People of the Salt Water

03 September 2017 | Port Whitby Marina, Ontario
07 August 2017 | Kingston, Ontario
05 July 2017 | Cobourg, Lake Ontario, Canada
25 June 2017 | Oswego
11 June 2017 | Waterford, NY
24 May 2017 | Port Washington, Long Island Sound, New York
11 May 2017 | Port Washington, Long Island Sound
28 April 2017 | Annapolis
23 April 2017 | Washington DC
13 April 2017 | Washington DC
20 March 2017 | Deltaville, Virginia, US
13 March 2017 | New Zealand
01 March 2017 | New Zealand
01 March 2017 | New Zealand
22 February 2017 | Sydney, Australia
12 February 2017 | Australia
23 August 2016 | Virginia, USA
26 July 2016 | Deltaville, Chesapeake Bay, Virginia USA
13 July 2016 | Norfolk, Virginia

Another sailing season over

03 September 2017 | Port Whitby Marina, Ontario
Belinda and Kit
Picture shows Quilcene en route to her winter quarters - her undersides almost clean thanks to the fresh water!

A few more pics on Google Photos;

We enjoyed sailing west to Port Whitby. Our first two nights were spent at anchor in Brakey Bay, a deep indent on the north of Wolfe Island sitting out a strong southwesterly with several other yachts. Next to Kingston where we anchored for a few days just off the marina and dinghied ashore to renew our stock of fresh food.

As water levels in the Lake were still quite high we decided to risk going north of Prince Edward Island and passing through the Murray Canal.

We had a nice day sailing with 14 knot winds, up Adolphus Reach to anchor in a quiet bay just north of the Picton inlet. We'd heard that Picton is worth a visit so next morning we took the dinghy and motored the 2 miles into town for a coffee. Our reward was to find a lovely café attached to an interesting book shop where we both purchased a real book! The Kindles are very useful when we're cruising but there's nothing like holding and reading a real book!

The wind picked up from the southeast as we left the anchorage and turned north so a few hours sailing took us up Long Reach to Desoronto. Winds were light when we anchored in a beautiful spot off Forrester's Island.

The next morning we weighed anchor and headed towards Trenton. It was hot and sunny and the winds were about 7 knots so we had to motorsail. We carefully followed the channel markers through Telegraph Narrows as depths shoaled quickly on either side.

Near Trenton we heard a 'Pan Pan' message on the VHF asking for help for a yacht aground. Soon we spotted the stranded yacht in shallows outside the channel but as there was nothing we could do to help we continued.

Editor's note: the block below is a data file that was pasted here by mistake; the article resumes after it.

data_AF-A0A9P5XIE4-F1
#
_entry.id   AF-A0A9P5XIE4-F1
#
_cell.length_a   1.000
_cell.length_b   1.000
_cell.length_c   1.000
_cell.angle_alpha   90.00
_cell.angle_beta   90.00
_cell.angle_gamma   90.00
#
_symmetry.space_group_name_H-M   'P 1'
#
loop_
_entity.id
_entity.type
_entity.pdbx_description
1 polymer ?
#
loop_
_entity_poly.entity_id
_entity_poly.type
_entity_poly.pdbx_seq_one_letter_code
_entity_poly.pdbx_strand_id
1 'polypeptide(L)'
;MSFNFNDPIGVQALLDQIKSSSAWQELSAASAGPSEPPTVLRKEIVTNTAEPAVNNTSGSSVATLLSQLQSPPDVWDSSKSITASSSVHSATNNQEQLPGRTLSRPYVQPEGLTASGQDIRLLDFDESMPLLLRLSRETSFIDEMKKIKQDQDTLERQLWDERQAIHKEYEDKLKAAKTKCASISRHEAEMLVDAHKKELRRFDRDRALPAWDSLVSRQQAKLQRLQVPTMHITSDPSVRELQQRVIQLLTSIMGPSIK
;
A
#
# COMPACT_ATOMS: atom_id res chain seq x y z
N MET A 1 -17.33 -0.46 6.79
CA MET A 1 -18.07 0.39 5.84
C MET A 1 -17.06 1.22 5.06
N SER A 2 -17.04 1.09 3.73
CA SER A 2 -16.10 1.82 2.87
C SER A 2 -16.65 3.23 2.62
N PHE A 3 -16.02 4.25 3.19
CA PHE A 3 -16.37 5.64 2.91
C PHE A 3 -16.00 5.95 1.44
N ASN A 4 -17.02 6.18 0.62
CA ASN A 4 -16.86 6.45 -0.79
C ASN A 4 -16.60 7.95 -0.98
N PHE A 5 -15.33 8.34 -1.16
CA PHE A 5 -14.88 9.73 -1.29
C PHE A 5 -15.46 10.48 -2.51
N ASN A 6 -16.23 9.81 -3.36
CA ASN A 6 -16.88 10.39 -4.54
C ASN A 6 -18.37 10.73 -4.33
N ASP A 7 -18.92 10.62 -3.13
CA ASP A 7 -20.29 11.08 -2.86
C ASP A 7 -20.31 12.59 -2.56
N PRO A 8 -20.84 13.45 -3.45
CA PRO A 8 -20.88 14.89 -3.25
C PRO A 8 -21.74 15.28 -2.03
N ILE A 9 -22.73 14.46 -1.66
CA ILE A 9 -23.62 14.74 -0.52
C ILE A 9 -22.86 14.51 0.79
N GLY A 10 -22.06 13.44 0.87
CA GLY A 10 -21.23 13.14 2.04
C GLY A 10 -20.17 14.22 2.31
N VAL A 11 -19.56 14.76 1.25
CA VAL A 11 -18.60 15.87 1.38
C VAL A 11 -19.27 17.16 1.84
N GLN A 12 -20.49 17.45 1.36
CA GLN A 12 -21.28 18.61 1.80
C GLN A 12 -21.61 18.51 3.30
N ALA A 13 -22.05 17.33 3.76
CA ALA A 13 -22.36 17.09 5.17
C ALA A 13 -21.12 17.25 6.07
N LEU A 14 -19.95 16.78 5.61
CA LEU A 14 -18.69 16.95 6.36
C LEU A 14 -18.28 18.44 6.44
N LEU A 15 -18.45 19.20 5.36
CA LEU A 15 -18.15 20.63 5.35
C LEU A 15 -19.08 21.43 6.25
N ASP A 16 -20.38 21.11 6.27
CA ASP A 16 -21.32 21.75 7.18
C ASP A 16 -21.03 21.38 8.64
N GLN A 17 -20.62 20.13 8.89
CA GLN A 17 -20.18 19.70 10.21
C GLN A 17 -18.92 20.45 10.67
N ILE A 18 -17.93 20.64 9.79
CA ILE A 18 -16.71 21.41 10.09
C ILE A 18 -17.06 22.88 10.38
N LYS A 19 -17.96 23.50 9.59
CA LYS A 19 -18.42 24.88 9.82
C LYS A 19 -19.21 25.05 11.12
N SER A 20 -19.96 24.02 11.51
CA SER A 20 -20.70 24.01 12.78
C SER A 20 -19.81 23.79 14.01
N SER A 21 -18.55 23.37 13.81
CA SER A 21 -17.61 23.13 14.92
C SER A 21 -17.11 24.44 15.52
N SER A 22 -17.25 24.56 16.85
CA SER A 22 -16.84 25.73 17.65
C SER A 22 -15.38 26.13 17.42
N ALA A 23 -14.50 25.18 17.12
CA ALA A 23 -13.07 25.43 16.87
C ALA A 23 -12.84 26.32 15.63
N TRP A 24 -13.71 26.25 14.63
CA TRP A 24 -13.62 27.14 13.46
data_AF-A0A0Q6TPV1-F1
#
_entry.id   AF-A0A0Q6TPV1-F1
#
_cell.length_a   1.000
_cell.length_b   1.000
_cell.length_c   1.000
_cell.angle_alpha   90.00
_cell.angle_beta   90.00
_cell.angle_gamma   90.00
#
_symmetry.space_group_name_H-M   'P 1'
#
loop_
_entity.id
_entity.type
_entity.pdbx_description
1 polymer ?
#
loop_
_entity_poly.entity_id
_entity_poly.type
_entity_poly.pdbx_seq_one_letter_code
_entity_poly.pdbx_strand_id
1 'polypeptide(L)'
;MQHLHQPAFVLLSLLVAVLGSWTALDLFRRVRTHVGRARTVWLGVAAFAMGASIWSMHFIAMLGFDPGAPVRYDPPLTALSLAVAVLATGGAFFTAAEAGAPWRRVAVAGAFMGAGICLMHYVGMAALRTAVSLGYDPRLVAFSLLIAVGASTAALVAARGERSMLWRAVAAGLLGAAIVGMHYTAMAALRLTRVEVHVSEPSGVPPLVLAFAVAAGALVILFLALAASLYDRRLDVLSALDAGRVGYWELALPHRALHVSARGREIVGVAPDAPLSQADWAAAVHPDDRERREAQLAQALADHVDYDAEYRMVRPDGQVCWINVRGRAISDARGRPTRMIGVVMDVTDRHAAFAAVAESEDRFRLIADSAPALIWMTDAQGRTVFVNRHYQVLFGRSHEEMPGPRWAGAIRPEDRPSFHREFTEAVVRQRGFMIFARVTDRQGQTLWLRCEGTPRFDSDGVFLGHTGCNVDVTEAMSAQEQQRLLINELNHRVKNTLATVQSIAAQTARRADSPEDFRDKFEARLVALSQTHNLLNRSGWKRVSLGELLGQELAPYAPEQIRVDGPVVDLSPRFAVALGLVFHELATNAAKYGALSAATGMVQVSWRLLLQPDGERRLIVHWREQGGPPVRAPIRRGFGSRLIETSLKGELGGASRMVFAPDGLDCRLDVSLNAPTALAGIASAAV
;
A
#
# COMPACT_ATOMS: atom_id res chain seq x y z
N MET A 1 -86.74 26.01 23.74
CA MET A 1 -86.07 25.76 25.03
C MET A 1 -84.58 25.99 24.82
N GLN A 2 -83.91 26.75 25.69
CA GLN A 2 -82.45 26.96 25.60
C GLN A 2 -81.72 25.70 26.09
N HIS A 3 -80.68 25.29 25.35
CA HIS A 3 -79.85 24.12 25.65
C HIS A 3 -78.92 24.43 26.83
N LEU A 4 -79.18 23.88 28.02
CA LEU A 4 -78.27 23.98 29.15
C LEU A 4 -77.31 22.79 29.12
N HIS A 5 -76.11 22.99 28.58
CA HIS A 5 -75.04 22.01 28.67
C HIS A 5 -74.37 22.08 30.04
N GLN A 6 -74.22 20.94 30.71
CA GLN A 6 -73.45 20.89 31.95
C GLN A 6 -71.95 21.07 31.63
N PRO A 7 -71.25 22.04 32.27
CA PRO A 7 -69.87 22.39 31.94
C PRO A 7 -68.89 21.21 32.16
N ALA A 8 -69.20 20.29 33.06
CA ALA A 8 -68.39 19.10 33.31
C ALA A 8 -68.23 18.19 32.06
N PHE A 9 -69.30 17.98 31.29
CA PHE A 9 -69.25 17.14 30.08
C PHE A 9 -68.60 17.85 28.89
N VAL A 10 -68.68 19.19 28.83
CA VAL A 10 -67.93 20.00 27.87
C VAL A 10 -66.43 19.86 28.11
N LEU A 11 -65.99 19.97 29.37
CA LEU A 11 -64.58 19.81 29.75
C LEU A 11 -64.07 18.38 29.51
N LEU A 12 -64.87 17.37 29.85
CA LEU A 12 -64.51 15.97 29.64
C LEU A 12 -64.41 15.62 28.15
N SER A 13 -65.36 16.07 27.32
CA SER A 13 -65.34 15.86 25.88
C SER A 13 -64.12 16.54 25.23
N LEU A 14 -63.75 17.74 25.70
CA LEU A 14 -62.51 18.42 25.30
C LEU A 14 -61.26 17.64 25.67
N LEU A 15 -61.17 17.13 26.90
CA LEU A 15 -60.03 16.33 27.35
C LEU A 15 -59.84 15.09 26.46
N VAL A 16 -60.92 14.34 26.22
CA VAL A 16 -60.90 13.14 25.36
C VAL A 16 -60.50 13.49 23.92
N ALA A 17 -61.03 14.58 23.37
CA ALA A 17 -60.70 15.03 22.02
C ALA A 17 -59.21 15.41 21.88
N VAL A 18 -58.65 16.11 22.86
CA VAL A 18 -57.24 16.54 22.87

We motored in increasingly strong winds through the Bay of Quinte to the entrance to the Murray Canal. Depths were very shallow in the canal approach; Quilcene draws 5'6" and we saw 5'9" on the depth gauge - a bit close for comfort!!

From the Bay of Quinte, the Murray Canal runs 5 nautical miles into Presqu'ile Bay. There are two swing bridges to pass through and the passage fee is normally $5 but there is no charge this year as part of Canada's 150th celebrations. I was quite disappointed because I was looking forward to dropping our fee into a small bucket on the end of a long pole they hold out for payment as you motor past the bridge at the west end!

Depths in the Canal were 15' but once into Presqu'ile Bay there was little water beneath our keel. This route would definitely be too shallow for us with 'normal' water levels.

We dropped anchor for the night close to the Bay's entrance and set off for Cobourg next morning. There was almost no wind so we motorsailed most of the way and anchored in the lovely harbour inside the breakwater. The marina charges $15 a night to anchor there and use their facilities, including showers and laundry. We stayed a few days before sailing on to Port Whitby Marina and Quilcenes winter quarters.

An odd thing happened on this passage; a tiny bat suddenly dropped onto the deck! (see Google pics) We have no idea where it came from but one possibility is that it was hanging in the rigging and dropped down as the sails flogged. It didn't look as tho' it would survive so we gave it a burial at sea (or rather - Lake!)

Before the hard work of preparing the boat for winter began, Kit's brother Peter joined us at Whitby for a daysail out on the Lake. The weather was perfect and we sailed around a triangular course with all sails up! Why can't it always be like this!!

Cousin Ruth drove over from Forest, Ontario to see us, and we spent a lazy afternoon sitting in the cockpit drinking tea and swapping cruising stories before heading out for dinner.

...but we couldn't put off the work forever so Kit and I set to, removing sails, washing ropes and winterising everything in preparation for a potentially hard winter.

After lifting out we spent another week with Peter and Pat, and even managed a day out in Toronto, taking the Lakeside 'Go' train. We visited the wonderful AGO (Art Gallery of Ontario) and particularly enjoyed looking at an exhibition of 'Rock Posters' - lots of names we remember!